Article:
REPL: This is a procedure that just loops, accepts one command at a time, executing it, and printing the result.
The three steps at each iteration of the loop are:
- Calling read to read the characters that make up a textual expression from the keyboard input buffer, and construct a data structure to represent it,
- Calling eval to evaluate the expression--intuitively, eval "figures out what the expression means," and "does what it says to do," returning the value of the expression--and
- Calling write to print a textual representation of the resulting from eval, so that the user can see it.
You can write your own read-eval-print loop for your own programs, so that users can type in expressions, and you can interpret them any way you want. You can start up your read-eval-print loop (by typing in (rep-loop)), and it will take over from the normal Scheme read-eval-print loop, interpreting expressions your way.
Here's a very simple read-eval-print loop:
(display "repl>") ; print a prompt
(write (eval (read))) ; read expr., pass to eval, write result
(rep-loop)) ; loop (tail-recursive call) to do it again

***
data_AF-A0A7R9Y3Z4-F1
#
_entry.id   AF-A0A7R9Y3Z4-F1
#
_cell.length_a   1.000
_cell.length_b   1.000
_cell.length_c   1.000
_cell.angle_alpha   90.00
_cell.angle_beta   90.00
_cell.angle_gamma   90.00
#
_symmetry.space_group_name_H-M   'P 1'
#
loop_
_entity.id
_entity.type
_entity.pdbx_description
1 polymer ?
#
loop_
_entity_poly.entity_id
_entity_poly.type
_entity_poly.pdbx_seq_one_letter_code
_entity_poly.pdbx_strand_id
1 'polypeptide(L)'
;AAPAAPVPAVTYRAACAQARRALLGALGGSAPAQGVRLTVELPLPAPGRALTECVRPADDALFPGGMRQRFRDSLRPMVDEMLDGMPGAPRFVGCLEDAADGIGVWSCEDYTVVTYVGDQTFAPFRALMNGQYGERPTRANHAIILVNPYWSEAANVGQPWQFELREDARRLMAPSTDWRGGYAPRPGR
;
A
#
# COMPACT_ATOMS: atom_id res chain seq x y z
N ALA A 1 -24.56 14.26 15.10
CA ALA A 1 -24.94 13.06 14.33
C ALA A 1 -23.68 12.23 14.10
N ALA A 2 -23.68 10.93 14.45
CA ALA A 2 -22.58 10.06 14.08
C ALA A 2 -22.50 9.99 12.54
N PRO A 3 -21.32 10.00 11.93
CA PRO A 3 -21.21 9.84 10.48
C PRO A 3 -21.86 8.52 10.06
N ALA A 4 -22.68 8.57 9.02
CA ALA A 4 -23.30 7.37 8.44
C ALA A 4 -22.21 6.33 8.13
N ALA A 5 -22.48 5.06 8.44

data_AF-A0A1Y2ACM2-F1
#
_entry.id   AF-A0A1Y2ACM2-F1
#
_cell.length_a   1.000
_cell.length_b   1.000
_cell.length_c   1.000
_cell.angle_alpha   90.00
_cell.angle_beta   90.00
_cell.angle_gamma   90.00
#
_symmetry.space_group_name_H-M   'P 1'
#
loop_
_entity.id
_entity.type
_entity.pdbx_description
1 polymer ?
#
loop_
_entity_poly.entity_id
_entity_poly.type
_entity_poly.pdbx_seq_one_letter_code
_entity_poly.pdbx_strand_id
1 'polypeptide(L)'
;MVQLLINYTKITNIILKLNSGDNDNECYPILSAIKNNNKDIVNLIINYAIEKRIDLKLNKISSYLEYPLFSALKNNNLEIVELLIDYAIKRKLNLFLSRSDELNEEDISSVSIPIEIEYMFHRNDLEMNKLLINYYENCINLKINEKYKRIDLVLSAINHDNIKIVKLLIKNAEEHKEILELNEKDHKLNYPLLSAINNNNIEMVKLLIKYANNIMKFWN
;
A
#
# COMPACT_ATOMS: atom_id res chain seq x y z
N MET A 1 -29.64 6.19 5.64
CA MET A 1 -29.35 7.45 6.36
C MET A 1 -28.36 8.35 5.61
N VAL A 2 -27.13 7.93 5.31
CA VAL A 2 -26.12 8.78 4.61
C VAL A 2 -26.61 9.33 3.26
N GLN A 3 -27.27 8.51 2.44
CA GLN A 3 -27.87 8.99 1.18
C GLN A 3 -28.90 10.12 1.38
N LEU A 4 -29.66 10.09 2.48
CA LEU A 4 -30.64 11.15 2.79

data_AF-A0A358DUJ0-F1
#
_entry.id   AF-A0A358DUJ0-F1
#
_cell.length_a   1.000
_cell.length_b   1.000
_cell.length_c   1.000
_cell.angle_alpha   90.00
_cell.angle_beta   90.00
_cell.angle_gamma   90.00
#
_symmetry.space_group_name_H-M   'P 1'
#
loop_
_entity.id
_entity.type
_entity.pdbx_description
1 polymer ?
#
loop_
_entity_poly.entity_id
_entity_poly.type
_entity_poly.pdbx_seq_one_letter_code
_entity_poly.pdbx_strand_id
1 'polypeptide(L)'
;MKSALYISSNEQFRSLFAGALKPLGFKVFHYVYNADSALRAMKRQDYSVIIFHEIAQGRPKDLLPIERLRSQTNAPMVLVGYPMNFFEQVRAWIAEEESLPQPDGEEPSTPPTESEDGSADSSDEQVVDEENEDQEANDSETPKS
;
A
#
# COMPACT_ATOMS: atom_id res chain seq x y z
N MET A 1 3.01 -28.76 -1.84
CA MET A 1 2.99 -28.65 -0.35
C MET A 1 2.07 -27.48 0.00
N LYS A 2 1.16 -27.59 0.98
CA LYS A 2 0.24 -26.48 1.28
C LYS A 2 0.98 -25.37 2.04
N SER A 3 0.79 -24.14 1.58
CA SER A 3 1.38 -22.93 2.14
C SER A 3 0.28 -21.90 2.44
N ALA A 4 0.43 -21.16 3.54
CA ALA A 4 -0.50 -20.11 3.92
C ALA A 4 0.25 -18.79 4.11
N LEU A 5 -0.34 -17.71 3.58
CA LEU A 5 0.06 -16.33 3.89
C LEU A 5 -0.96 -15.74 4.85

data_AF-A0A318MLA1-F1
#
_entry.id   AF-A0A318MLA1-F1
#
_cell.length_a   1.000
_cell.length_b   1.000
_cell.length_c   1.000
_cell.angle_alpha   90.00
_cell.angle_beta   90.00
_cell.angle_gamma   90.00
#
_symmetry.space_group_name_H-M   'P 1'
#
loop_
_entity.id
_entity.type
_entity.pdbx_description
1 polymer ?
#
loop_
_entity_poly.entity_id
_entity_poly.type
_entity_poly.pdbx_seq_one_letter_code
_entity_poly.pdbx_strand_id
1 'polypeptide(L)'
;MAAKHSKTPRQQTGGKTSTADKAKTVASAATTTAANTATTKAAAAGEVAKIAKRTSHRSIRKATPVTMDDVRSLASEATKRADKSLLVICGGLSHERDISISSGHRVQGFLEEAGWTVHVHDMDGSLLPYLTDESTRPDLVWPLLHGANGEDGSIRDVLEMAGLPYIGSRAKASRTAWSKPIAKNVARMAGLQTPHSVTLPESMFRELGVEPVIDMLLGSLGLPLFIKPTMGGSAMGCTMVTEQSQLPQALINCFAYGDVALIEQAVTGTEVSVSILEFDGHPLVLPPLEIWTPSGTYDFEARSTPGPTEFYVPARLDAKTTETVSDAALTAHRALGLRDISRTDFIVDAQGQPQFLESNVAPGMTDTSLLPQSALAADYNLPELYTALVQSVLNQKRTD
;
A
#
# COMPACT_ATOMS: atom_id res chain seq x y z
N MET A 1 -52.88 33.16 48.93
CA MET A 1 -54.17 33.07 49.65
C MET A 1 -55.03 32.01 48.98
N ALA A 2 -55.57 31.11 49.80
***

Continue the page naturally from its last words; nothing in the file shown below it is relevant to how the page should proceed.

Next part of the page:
Notice that the expression (write (eval (read))) does things in the proper read-eval-print order, because the argument to each procedure call is computed before the actual call.
Interactive Shell : An interactive shell reads commands from user input on a terminal. Among other things, such a shell reads startup files on activation, displays a prompt, and enables job control by default. The user can interact with the shell.That's how the interactive shell name came into being . Let us consider this bash script :
echo -n "Enter the value of variable 'var1': "
echo "var1 = $var1"
echo -n "Enter the values of variables 'var2' and 'var3' "
echo =n "(separated by a space or tab): "
read var2 var3
echo "var2 = $var2 var3 = $var3"
# If you input only one value,
#+ the other variable(s) will remain unset (null).
Now the script above interacts with the user, it asks the user to enter inputs based on which it does its calculations. That's why it behaves like an interactive shell.
Similary, the python interpreter which most people use to learn python is an interactive one as it communicates with its user.